The ability to work from home is no longer just a fringe benefit for a handful of employees, new research finds.
Indeed, telecommuting is commonplace in today’s technology-laden work environment. According to the U.S. Bureau of Labor and Statistics, before the coronavirus pandemic, up to 25% of U.S. employees worked remotely. This number includes people who consistently worked remotely and those who worked from home only occasionally.
The number of employees who are working or have, at one point in their career, worked at least one day a month from home has grown by more than 300% in the past two-plus decades. A Gallup study states that in 2015, 37% of employees reported working remotely at one point in their career, compared with 30% in 2006 and just 9% in 1995.
“Technology has made telecommuting easier for workers, and most companies seem willing to let workers do their work remotely, at least on an occasional basis if the position allows for it,” the 2015 study’s authors wrote.
The rise in telecommuting could be partly due to an increased belief that remote employees are even more productive than their in-office counterparts. In a 2020 McKinsey & Co. study, 41% of respondents felt they were more productive working at home than in an office. It also reported that many employees have grown more confident in their ability to work from home since the start of the coronavirus pandemic.
Complementing McKinsey’s results, a study from WFH Research found that only 13.5% of people working remotely believe their efficiency levels have decreased.
Previous Gallup research found that employees who spend at least some time working remotely are more likely than those who never telecommute to be engaged in their jobs.
“It is unclear from those relationships whether telecommuting increases engagement or [if] workers who telecommute (and tend to be more highly educated, white-collar employees) are more likely to be engaged in their work in general,” the study’s authors wrote. “Regardless of the causality, Gallup research has consistently demonstrated that companies with a more engaged workforce tend to do better in a variety of business outcomes, including productivity, profitability and customer engagement.”
Many employees want to work from home on a limited basis. Among those currently telecommuting, 60% want to work from home one to five days per week, and 30% of telecommuters prefer to work from home always. Only 10% want to work from the office all the time.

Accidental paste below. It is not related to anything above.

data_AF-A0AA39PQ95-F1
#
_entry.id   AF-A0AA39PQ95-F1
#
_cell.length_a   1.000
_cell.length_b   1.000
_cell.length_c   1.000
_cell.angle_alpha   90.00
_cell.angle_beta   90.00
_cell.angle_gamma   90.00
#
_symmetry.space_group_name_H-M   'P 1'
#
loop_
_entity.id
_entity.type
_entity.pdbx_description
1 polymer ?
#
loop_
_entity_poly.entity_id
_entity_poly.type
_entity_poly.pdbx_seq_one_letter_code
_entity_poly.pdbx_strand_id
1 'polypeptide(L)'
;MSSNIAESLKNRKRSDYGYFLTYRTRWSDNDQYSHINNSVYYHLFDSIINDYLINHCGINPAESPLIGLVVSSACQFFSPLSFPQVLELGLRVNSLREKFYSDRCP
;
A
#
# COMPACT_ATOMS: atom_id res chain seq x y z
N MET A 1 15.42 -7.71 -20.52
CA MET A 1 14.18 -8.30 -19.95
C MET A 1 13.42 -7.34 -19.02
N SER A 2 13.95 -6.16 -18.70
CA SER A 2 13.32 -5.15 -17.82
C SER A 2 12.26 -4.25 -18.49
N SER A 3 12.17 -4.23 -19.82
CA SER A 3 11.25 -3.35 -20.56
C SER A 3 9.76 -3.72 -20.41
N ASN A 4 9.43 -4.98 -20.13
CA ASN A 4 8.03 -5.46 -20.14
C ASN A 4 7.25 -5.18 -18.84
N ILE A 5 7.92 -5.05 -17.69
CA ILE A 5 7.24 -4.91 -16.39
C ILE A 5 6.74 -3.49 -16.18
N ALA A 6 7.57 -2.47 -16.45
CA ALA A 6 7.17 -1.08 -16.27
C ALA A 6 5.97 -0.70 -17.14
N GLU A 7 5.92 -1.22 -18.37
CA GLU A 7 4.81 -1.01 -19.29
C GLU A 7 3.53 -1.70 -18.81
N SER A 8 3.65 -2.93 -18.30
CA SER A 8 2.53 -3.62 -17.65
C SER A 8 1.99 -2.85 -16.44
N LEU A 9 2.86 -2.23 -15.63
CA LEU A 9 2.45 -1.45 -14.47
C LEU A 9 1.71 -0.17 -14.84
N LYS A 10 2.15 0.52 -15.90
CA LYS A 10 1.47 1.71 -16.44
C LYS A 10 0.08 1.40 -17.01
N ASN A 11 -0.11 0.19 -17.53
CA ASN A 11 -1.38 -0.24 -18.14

“Those who telecommute do not do so on a very frequent basis,” the authors of the 2015 Gallup study wrote, and to some extent, that notion remains true in 2022. The 2015 study was based on surveys of 1,011 adults age 18 and older in all 50 U.S. states and Washington, D.C. [Read related article: How to Decide if Telecommuting Should Be Permanent]
To help your remote employees maintain – and possibly increase – their productivity levels while telecommuting, an effective work-from-home policy is key.
When developing your policy, you should begin with an idea of how often you want your employees to work remotely. This way, you can balance their work schedules while keeping adequate staffing levels and ensuring your team achieves its goals efficiently. You should also have conversations with your employees to make sure everyone has the proper resources and space to work without distractions.
To help your workflows run smoothly, you’ll need to ensure your team can maintain its current communication levels. You can use one of the best video conferencing solutions, such as Microsoft Teams or Zoom, to run collaborative meetings.
You can also use the best time and attendance software to keep track of all your employees’ hours worked, or the best employee monitoring software to keep tabs on their productivity if you’re really concerned about it. If you choose the latter, though, brush up on the laws and ethics of employee monitoring first.
With these tech resources and other collaboration tools, you keep the lines of communication open and foster teamwork among your employees.
As your team transitions to remote work, you should set specific standards and guidelines – even written ones that require signatures to confirm that employees understand the expectations. Make sure employees know their start times, break periods, and who they should contact with questions about their work or any technical issues. You want to give your employees just as much support when they’re working remotely as they have in the office.
Allowing your team to work remotely can benefit your company in some big ways.
Chad Brooks contributed to the writing and reporting in this article.